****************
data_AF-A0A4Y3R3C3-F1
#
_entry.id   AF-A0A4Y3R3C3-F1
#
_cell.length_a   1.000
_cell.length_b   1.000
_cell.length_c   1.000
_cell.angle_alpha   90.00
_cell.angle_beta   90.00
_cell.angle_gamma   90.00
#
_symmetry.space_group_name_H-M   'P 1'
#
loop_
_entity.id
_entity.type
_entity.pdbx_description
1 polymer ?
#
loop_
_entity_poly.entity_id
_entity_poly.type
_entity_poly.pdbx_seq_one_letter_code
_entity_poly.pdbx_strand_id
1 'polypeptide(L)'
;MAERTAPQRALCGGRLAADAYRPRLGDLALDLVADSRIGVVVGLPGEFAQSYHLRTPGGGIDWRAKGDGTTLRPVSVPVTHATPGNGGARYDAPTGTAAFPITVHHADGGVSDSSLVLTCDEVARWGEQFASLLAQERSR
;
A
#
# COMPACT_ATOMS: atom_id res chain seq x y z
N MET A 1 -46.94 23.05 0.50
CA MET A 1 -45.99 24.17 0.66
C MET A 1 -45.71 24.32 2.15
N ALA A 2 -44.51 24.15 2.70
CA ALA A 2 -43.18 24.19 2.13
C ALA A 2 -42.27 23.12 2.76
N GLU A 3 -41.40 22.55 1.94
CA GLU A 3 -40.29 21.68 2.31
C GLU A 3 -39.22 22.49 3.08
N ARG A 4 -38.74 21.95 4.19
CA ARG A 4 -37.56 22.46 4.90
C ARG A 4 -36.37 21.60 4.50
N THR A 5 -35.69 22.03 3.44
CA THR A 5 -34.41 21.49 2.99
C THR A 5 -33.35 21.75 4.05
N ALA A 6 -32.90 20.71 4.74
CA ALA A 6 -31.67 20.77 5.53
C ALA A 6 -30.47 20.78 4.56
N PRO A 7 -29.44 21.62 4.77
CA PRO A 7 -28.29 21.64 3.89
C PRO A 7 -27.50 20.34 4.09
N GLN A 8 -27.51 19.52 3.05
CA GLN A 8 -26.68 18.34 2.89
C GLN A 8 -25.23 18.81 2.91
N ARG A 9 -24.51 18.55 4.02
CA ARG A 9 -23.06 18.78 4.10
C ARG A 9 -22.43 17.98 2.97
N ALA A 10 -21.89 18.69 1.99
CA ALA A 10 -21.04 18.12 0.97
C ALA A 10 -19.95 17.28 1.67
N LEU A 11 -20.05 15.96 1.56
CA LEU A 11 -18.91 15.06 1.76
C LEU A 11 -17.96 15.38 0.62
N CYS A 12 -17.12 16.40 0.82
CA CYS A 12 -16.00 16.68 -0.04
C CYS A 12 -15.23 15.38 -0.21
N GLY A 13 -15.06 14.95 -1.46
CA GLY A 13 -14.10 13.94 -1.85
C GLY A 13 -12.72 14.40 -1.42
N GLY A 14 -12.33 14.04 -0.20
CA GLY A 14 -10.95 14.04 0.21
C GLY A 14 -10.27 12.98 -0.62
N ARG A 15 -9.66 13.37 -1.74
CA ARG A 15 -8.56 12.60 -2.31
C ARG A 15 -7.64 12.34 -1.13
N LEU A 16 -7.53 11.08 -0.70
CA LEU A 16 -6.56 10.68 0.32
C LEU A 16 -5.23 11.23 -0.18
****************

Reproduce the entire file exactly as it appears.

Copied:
data_AF-A0A4Y3R3C3-F1
#
_entry.id   AF-A0A4Y3R3C3-F1
#
_cell.length_a   1.000
_cell.length_b   1.000
_cell.length_c   1.000
_cell.angle_alpha   90.00
_cell.angle_beta   90.00
_cell.angle_gamma   90.00
#
_symmetry.space_group_name_H-M   'P 1'
#
loop_
_entity.id
_entity.type
_entity.pdbx_description
1 polymer ?
#
loop_
_entity_poly.entity_id
_entity_poly.type
_entity_poly.pdbx_seq_one_letter_code
_entity_poly.pdbx_strand_id
1 'polypeptide(L)'
;MAERTAPQRALCGGRLAADAYRPRLGDLALDLVADSRIGVVVGLPGEFAQSYHLRTPGGGIDWRAKGDGTTLRPVSVPVTHATPGNGGARYDAPTGTAAFPITVHHADGGVSDSSLVLTCDEVARWGEQFASLLAQERSR
;
A
#
# COMPACT_ATOMS: atom_id res chain seq x y z
N MET A 1 -46.94 23.05 0.50
CA MET A 1 -45.99 24.17 0.66
C MET A 1 -45.71 24.32 2.15
N ALA A 2 -44.51 24.15 2.70
CA ALA A 2 -43.18 24.19 2.13
C ALA A 2 -42.27 23.12 2.76
N GLU A 3 -41.40 22.55 1.94
CA GLU A 3 -40.29 21.68 2.31
C GLU A 3 -39.22 22.49 3.08
N ARG A 4 -38.74 21.95 4.19
CA ARG A 4 -37.56 22.46 4.90
C ARG A 4 -36.37 21.60 4.50
N THR A 5 -35.69 22.03 3.44
CA THR A 5 -34.41 21.49 2.99
C THR A 5 -33.35 21.75 4.05
N ALA A 6 -32.90 20.71 4.74
CA ALA A 6 -31.67 20.77 5.53
C ALA A 6 -30.47 20.78 4.56
N PRO A 7 -29.44 21.62 4.77
CA PRO A 7 -28.29 21.64 3.89
C PRO A 7 -27.50 20.34 4.09
N GLN A 8 -27.51 19.52 3.05
CA GLN A 8 -26.68 18.34 2.89
C GLN A 8 -25.23 18.81 2.91
N ARG A 9 -24.51 18.55 4.02
CA ARG A 9 -23.06 18.78 4.10
C ARG A 9 -22.43 17.98 2.97
N ALA A 10 -21.89 18.69 1.99
CA ALA A 10 -21.04 18.12 0.97
C ALA A 10 -19.95 17.28 1.67
N LEU A 11 -20.05 15.96 1.56
CA LEU A 11 -18.91 15.06 1.76
C LEU A 11 -17.96 15.38 0.62
N CYS A 12 -17.12 16.40 0.82
CA CYS A 12 -16.00 16.68 -0.04
C CYS A 12 -15.23 15.38 -0.21
N GLY A 13 -15.06 14.95 -1.46
CA GLY A 13 -14.10 13.94 -1.85
C GLY A 13 -12.72 14.40 -1.42
N GLY A 14 -12.33 14.04 -0.20
CA GLY A 14 -10.95 14.04 0.21
C GLY A 14 -10.27 12.98 -0.62
N ARG A 15 -9.66 13.37 -1.74
CA ARG A 15 -8.56 12.60 -2.31
C ARG A 15 -7.64 12.34 -1.13
N LEU A 16 -7.53 11.08 -0.70
CA LEU A 16 -6.56 10.68 0.32
C LEU A 16 -5.23 11.23 -0.18